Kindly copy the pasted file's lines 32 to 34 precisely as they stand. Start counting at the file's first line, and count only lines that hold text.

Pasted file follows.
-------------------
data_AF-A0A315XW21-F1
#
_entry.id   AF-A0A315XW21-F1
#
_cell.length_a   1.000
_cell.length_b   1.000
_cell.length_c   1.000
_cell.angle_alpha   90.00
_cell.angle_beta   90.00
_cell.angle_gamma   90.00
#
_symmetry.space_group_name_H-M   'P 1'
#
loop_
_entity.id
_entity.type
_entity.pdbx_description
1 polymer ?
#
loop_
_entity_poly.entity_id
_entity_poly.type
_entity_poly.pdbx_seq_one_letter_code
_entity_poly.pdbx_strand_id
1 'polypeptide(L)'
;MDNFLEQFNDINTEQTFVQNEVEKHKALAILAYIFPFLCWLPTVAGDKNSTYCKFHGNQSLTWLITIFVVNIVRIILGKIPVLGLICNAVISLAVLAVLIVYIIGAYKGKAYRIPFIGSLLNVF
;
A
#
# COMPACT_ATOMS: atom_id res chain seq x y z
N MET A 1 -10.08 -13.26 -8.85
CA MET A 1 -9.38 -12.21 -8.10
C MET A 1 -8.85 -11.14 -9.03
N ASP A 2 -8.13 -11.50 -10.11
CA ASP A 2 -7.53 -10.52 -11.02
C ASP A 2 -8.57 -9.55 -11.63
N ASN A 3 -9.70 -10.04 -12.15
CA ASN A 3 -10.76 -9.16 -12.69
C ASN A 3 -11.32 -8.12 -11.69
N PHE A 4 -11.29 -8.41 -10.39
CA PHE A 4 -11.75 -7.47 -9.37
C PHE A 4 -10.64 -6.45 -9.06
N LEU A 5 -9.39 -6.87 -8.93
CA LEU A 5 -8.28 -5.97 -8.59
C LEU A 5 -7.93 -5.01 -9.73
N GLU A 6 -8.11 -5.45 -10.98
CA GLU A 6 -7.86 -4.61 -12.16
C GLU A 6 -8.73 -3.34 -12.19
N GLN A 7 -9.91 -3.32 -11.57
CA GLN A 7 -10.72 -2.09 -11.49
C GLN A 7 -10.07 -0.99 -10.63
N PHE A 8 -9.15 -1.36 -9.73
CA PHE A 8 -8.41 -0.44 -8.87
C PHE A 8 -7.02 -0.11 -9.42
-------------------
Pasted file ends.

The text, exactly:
CA MET A 1 -9.38 -12.21 -8.10
C MET A 1 -8.85 -11.14 -9.03
N ASP A 2 -8.13 -11.50 -10.11